Quick Links

Note: some links will display a new page, others will update sections further down this page.
Sign Up Log in Guest Book and Introductions Forums News Feed Useful Links

Subscribe for updates!

We put together a short newsletter every couple of weeks to summarise the latest Zest topics, conversations and news.

Subscribe to the mailing list by entering your email address in the text box on this page. Y ou can do this by pressing the letter E on your keyboard or navigating via headings by pressing H.


Check out our audio guide on navigating Zest or our tips on navigating Zest with a screenreader

The Zest team welcomes suggestions and ideas to improve the site. To contact us or make a suggestion simply email: zest@visionaustralia.org


While we try to ensure the Zest pages have accurate information and resources, Zest is a place for people to share personal experiences and solutions. The information on these pages is not meant to be a substitute for professional assistance or advice.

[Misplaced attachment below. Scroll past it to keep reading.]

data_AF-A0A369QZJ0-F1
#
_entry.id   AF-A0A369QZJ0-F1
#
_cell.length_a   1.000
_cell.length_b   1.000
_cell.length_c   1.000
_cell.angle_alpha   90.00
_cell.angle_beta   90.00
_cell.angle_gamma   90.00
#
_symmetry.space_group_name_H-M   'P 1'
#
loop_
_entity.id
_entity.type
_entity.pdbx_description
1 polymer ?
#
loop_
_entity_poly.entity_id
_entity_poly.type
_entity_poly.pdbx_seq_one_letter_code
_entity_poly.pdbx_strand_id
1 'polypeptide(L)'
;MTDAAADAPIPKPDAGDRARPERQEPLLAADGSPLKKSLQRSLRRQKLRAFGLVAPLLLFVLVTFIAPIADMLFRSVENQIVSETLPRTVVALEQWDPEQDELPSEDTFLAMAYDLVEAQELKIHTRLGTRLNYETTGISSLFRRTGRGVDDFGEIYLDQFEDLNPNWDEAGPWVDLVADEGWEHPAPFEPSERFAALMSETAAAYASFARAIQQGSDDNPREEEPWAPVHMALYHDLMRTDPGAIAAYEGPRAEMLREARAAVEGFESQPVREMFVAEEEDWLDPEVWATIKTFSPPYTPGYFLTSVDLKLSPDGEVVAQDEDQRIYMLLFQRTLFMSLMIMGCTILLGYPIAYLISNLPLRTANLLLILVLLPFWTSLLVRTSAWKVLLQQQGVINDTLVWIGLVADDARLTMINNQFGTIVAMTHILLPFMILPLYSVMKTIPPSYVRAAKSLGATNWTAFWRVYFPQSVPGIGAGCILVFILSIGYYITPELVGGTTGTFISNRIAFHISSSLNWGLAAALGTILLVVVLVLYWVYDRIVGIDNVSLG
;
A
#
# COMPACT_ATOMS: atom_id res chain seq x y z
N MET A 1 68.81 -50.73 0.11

Competition winner


As a prize for completing our Zest survey we were offering up one Google Home from our Vision store to the most creative response to the question “what would your ideal online blind or low vision forum look like”

Congratulations to Nic from NSW who won with the response:


“The platform would have: * have simple and effective search (– )so that I can simply type in or say what I'm interested in and the site would return relevant
Results); * notify me of new content relevant to my interests (by allowing me to subscribe to particular topics or keywords by email or RSS or within a
Designated app with push notification support) * provide reviews about the accessibility of venues, products and services; * provide guides/tips/workarounds
For using inaccessible or partially accessible products/services; * allow users to request reviews of particular venues, products or services so that those